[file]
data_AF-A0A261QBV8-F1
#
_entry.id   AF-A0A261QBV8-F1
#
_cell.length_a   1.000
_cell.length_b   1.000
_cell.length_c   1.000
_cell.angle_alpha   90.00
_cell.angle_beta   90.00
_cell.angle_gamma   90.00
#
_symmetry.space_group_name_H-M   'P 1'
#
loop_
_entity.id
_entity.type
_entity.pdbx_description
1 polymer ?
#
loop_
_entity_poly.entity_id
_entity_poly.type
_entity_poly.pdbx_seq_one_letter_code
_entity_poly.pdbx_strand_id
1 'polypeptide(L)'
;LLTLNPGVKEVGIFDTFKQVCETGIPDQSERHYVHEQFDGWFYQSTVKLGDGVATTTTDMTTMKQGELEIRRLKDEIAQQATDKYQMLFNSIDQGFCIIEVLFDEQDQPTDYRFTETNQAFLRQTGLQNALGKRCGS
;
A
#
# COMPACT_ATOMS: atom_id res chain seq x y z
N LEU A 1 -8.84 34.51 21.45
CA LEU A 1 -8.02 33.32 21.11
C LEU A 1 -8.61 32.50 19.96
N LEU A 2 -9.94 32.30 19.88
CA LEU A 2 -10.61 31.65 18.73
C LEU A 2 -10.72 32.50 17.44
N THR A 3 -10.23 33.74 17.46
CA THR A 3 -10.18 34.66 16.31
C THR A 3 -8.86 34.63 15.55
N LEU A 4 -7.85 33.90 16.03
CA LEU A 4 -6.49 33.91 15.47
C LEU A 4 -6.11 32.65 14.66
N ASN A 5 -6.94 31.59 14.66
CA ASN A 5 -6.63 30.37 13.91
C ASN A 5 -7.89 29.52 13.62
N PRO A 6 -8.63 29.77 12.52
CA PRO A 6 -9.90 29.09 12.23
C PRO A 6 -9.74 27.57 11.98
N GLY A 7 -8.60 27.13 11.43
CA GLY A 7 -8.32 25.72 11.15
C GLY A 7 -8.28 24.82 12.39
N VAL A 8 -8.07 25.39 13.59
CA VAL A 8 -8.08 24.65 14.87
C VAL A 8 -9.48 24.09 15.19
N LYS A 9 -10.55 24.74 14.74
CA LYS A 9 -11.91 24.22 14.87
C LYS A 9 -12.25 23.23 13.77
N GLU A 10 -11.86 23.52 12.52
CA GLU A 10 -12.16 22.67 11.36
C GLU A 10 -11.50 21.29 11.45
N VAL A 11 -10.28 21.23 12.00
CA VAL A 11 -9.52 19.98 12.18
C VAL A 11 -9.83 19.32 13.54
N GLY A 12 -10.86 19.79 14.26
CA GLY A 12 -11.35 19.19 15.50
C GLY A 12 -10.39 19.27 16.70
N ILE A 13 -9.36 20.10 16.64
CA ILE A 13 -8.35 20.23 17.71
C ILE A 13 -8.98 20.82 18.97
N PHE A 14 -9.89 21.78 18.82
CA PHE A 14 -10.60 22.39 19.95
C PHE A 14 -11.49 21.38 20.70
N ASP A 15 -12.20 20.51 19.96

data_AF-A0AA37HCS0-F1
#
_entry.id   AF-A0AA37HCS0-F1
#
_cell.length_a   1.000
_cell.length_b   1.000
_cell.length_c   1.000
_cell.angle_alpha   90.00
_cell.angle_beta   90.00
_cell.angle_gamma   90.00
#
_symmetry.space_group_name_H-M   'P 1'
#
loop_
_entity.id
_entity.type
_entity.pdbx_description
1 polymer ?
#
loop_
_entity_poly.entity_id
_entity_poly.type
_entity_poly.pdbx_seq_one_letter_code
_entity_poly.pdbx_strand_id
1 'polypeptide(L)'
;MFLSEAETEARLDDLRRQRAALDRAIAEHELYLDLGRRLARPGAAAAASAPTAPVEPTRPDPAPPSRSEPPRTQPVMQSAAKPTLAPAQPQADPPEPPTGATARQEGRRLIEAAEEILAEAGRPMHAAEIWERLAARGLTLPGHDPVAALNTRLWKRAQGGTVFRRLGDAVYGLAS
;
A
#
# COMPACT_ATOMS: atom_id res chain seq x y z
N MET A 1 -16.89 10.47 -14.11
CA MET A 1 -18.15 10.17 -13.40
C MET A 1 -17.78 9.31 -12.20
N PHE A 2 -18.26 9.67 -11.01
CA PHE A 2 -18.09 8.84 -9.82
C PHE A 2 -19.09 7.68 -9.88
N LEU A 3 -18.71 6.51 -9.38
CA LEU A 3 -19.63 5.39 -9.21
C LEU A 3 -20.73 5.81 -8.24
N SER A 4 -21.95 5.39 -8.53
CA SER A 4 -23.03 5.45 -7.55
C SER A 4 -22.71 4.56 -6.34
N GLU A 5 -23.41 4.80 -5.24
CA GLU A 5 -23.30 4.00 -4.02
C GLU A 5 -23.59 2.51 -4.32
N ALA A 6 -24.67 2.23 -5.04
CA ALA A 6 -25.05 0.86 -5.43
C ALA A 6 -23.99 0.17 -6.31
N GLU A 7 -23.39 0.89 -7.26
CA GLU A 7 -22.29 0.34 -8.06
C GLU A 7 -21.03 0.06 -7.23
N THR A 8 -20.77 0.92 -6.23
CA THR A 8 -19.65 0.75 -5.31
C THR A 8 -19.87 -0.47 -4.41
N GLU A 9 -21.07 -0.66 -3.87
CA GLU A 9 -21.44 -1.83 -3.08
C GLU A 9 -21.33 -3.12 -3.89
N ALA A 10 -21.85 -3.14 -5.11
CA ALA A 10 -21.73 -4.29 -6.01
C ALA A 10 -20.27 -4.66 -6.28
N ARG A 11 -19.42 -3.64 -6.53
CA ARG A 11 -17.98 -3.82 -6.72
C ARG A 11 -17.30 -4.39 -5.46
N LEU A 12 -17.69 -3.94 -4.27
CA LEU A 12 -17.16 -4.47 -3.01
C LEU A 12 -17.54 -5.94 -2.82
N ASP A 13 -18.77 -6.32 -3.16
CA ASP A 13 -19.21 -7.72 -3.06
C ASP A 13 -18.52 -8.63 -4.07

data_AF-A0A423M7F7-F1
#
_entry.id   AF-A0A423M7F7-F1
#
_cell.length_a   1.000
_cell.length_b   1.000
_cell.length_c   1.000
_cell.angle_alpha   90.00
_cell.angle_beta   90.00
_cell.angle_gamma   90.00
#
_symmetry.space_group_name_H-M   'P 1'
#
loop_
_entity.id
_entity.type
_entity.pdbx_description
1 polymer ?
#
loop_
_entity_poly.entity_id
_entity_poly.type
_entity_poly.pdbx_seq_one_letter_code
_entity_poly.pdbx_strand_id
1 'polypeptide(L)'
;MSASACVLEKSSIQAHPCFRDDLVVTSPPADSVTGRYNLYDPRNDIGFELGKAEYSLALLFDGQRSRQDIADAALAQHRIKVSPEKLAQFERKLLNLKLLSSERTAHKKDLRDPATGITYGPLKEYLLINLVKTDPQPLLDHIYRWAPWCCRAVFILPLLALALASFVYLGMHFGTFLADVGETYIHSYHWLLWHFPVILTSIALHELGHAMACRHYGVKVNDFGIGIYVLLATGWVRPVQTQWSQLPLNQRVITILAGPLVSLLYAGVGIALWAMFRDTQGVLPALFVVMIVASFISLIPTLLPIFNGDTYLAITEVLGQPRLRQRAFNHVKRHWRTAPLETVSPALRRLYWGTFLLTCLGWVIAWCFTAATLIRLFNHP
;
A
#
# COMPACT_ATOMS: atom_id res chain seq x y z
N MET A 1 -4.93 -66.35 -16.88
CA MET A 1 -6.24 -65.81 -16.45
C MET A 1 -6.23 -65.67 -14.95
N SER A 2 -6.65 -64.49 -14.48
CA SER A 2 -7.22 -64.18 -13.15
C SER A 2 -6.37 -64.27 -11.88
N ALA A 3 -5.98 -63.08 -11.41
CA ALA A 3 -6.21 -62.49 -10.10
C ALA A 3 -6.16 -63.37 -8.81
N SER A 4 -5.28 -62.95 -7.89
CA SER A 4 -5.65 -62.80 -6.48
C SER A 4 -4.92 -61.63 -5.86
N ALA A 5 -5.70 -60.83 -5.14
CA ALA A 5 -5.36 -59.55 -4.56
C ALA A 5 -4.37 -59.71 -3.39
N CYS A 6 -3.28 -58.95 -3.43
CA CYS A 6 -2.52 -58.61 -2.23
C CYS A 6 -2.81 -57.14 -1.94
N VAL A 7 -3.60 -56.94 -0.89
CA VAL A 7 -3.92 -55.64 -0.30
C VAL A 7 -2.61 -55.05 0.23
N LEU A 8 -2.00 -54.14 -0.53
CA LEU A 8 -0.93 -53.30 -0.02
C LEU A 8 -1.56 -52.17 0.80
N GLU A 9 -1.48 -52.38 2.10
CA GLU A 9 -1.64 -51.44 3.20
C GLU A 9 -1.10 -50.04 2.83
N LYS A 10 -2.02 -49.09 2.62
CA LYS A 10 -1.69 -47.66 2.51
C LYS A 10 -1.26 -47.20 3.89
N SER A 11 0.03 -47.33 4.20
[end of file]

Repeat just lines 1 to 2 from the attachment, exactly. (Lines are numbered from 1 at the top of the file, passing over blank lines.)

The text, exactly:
data_AF-A0A261QBV8-F1
#